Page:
I haven’t won the battle for freedom from STUFF as yet. I can slash and burn through everything in the apartment… save books. Too many times when moving in the past, I reduced my possessions to what would fit in a car, and then spent the next few years hunting for books that I wanted to revisit.
    Digital media has made big changes for me. Music? Gone digital. Books? Rapidly becoming a digital library.
    However there always seems to be certain books, hardback & paperback, I can’t seem to surrender. Could be the whole relic thing, but I suspect it’s more the cover and the feel the physical copy of the book evokes. Nostalgia probably.
    I definitely have not been able to drop a book in the trash. Well, there was one popular fantasy door-stop that was repeatedly hurled across the room, but even so, I eventually left it on a table at a coffee shop with a note, “Read at your own risk – time will not be refunded.”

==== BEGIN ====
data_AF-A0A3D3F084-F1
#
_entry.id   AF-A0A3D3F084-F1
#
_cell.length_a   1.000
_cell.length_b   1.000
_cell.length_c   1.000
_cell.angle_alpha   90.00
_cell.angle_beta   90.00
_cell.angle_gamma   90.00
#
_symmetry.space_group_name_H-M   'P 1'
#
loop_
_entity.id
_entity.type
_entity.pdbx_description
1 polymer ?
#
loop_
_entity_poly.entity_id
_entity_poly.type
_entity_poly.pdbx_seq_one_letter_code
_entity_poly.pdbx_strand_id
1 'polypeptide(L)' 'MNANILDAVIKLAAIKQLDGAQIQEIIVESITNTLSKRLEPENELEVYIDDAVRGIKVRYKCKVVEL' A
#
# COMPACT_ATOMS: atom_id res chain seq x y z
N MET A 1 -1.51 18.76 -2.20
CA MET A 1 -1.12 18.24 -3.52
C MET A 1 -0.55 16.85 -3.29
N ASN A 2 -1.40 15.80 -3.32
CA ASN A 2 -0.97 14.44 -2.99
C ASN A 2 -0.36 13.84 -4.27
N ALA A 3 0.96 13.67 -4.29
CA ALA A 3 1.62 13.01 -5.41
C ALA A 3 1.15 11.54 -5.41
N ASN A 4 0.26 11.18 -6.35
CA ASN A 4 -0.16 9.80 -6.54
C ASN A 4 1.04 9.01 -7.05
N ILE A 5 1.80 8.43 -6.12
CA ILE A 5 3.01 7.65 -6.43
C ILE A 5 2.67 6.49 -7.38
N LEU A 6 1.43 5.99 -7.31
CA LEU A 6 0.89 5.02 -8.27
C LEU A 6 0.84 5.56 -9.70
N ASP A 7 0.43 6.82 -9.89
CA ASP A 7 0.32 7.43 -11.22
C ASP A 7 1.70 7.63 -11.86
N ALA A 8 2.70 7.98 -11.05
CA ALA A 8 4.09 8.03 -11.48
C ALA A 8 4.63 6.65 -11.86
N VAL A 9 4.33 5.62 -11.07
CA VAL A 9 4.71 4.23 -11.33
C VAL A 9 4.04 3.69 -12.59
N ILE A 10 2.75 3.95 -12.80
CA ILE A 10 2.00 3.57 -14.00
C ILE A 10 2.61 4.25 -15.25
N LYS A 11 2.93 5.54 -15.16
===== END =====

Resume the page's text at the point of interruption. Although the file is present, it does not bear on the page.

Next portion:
I like the dumping one thing a day idea. A lot.
    I like being mobile, but I suspect I will always have a cache of physical books somewhere. They task me, and I must have them.

    • Spot on about digital making all the difference, Tony. All the music I buy is digital these days. I haven’t bought a DVD since I got Netflix. There are still some books I WANT as physical objects but those are a lot less than the sum total of the books I buy and read.

      There are books I want to go back to again and again, some of which I have a nostalgic fondness, some of which are still not available in digital. In some cases I want a physical copy, but in many cases I don’t need one. There’s no rhyme or reason to it either.

      With one exception I just realised– I still prefer big illustrated reference books in paper. There’s something about the process of flicking through them that is easier than doing a search on a reader For most linear narratives, I am happy with digital.

  3. Books are my personal treasure. I have more than 3000 books and I know I have some books I will never read it. But do put in the trash is almost a crime in my mind. I am sorry you had to do it. I have given several books but never put them on trash.

    People nowadays give everything for granted. Books? Why – I can buy them or I can downloaded for free. I can have in my computer millions of books and then deleted them.
    It’s so impersonal. They(the ebooks) have no feeling. Now a paper book… I have books twice my age.I have books from 1890 but most of them are(were) brand new. My respect for them are equal. To read, nay to own and to handle them are a experience no ebook will give you.